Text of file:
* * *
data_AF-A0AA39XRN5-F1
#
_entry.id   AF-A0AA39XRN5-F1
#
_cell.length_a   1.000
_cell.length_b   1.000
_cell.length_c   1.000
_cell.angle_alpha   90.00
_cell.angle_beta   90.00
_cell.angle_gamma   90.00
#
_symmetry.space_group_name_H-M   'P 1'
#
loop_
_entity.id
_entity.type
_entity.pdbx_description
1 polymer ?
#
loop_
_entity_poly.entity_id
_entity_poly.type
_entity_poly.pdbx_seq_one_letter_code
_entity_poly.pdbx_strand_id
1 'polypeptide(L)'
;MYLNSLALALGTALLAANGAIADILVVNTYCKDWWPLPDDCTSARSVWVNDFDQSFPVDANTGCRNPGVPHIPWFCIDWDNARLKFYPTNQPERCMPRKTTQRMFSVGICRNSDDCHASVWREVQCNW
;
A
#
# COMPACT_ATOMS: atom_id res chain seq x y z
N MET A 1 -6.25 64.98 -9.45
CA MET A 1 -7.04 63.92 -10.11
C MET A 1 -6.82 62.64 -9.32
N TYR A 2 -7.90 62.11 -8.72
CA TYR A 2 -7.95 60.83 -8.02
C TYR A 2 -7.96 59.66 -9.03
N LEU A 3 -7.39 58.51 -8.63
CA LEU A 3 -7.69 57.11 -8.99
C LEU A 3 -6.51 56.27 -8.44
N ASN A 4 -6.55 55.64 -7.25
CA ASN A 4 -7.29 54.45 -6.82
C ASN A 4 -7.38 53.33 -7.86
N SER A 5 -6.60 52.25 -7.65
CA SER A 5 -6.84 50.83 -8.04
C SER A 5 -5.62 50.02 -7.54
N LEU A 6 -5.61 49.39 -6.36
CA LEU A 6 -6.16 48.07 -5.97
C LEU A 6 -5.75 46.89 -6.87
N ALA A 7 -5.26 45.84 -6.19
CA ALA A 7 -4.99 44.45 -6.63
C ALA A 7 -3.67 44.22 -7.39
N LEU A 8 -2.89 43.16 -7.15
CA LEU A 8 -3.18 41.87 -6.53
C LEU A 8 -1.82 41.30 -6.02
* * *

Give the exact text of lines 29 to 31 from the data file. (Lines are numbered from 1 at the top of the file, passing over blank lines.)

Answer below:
#
# COMPACT_ATOMS: atom_id res chain seq x y z
N MET A 1 -6.25 64.98 -9.45